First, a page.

The strains of a dying agricultural industry and the evils of fracking come to a head in the horror tale Unearth. Directed by John C. Lyons and Dorota Swies, the film tells the story of two neighboring families, both struggling against poverty and obsolescence.
One of my most anticipated films out of Fantasia 2020 was Brian Bertino’s new film, The Dark And The Wicked. I am a massive fan of The Strangers and The Monster, and Bertino’s latest didn’t disappoint in the slightest. The Dark And The Wicked is a horror film that will shake you to your very core. A focused story, filled with emotion and dread, it brings an emotional boogeyman that can stand alongside the monsters from The Babadook or Relic.
In John Hyams’ Alone, Jessica (Jules Willcox) has packed up her home following her husband’s untimely death and is moving away from her hometown of Portland to get some space. She sets off one afternoon in her car, pulling her life behind her in a rented trailer, hoping that a fresh start will help her to deal with the loss. As she drives, she begins having encounters with the same vehicle. First, she passes it on a mountain road (though barely, as a semi-truck is barreling straight at them). Then, the driver (Marc Menchaca) approaches Jessica outside her hotel the next morning, offering an apology for the incident the day before. Strange, but it is possible that two people traveling in the same direction would wind up in the same place for the night, right?
If you’re like me, you may only have a cursory awareness of Tiny Tim. You probably know him as a folk singer who performed in the 1960s, who sang in falsetto and looked a little weird, and who gave us “Tiptoe Through The Tulips” — the song that scared the living shit out of us during James Wan’s Insidious.
You know those assholes on the internet — the trolls and the griefers and the dickbags whose only purpose in life is to make other people miserable by shitting on everything? Yeah, we all know them. And if you’re a woman on the Internet, then you are intimately aware. The comments, accusations, and remarks about our work, how we look, and anything else they come up with between massive helpings of Cheetos and a few conversations with their mom, who, for the love of god, wants them to move the hell out of her garage so that she can have some semblance of a life now that she has finished raising this piece of shit. Yeah, them. This movie is about what happens when someone finally pushes back.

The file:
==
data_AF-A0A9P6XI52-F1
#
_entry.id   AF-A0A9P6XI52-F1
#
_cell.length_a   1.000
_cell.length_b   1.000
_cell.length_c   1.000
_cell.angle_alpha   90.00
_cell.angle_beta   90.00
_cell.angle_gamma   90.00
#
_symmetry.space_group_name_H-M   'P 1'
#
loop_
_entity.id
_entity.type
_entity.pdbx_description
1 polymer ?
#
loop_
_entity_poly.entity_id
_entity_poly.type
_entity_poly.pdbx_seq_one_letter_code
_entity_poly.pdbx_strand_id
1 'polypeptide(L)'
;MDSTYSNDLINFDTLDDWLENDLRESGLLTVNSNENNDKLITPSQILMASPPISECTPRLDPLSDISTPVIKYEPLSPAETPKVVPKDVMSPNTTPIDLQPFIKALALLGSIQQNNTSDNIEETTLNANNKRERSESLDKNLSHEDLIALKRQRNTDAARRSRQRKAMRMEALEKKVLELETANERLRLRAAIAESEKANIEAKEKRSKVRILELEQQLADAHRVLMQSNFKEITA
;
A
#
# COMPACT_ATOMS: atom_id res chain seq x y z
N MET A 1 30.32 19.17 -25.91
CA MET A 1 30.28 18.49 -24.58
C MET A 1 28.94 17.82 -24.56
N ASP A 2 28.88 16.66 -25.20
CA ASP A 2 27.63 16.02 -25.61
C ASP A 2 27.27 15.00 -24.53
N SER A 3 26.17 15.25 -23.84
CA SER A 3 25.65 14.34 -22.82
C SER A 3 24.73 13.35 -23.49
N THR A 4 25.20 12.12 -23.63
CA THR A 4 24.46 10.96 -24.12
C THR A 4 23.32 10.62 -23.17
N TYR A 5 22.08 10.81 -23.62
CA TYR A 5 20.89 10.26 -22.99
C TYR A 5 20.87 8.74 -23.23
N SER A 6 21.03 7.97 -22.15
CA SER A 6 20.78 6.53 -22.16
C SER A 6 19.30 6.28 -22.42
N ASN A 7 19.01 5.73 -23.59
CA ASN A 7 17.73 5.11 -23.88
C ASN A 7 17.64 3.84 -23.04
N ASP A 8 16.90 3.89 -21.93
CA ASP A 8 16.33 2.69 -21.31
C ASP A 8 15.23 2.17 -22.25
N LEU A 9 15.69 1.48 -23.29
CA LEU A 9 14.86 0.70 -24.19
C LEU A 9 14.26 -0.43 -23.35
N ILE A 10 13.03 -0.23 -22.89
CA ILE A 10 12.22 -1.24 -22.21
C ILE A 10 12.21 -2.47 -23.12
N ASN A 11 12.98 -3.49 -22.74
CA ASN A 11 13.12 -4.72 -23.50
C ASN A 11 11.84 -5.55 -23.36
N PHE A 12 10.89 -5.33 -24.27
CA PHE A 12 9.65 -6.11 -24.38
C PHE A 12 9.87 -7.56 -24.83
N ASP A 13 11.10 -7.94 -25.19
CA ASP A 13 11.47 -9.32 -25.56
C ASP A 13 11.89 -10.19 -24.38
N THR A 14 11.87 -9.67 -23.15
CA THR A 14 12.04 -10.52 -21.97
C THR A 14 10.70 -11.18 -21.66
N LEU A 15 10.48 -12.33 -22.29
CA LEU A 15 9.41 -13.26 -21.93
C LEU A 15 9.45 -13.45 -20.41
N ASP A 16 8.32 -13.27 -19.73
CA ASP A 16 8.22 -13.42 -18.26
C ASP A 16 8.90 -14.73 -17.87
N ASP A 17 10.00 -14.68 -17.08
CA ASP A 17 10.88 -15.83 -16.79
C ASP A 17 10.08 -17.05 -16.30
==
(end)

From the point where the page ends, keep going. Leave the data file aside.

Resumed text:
If there is one thing unique to horror, it’s the fans. Horror fandom is a special and unique place where we celebrate everything macabre, bloody, strange, and otherworldly. We can recite lines from our favorite films, make obscure references to one another, and cosplay the most minor characters knowing that if we go to a con, someone there will know who we’re dressed as and give us a high five.
My first film of the Fantasia International Film Festival was a fascinating and understated horror film from Germany. Sleep is a film fueled by nightmares that break into the waking space and fuse themselves to the horrors of the real world. The film centers on Marlene (Sandra Huller) and her daughter Mona (Gro Swantje Kohlhof). Marlene is plagued by nightmares, often finding herself trapped between sleep and consciousness, gasping for breath. Mona tries to help her as much as she can, but her condition keeps worsening and doesn’t have an apparent source.
As the final frames of the last movie flickered into blackness, I knew the end had come. No more screening slots to agonize over, no more seating assignments to lament, no more festival volunteers to high-five — Fantastic Fest 2019 was no more. But in those final hours, there was still celebration; movies to watch, love, and share with the world. That’s when an epiphany hit me. For if we keep talking about it, Fantastic Fest will never truly end, only live on in the hearts, minds, and souls of movie fans everywhere, for all time. And thanks to a particularly great lineup of films on the final day, I’ve still got plenty to say.
Life in the movie theater grows short, I know this now. For days people have been speaking of the coming end, the veritable theatrical apocalypse. I can scarcely believe that such a life ever could end, such has been the eternity with which it seems to have lasted. Still, I fear the rumors are true that, indeed, Fantastic Fest has nearly reached its final hours. And yet there is still more to talk about. Take Wednesday, for example.
In the before times, when movies were those things I watched at night with a bowl of popcorn after a long day at work, I recall thinking that a week-long excursion to the movie theater could only ever be a wonderful dream. An unattainable cinematic utopia that was more cruel to imagine than to disregard, for reality would never welcome such a perfect way of life. Then I went to Fantastic Fest. Day 6 brought with it several movies, both old and new alike. Allow me to elaborate.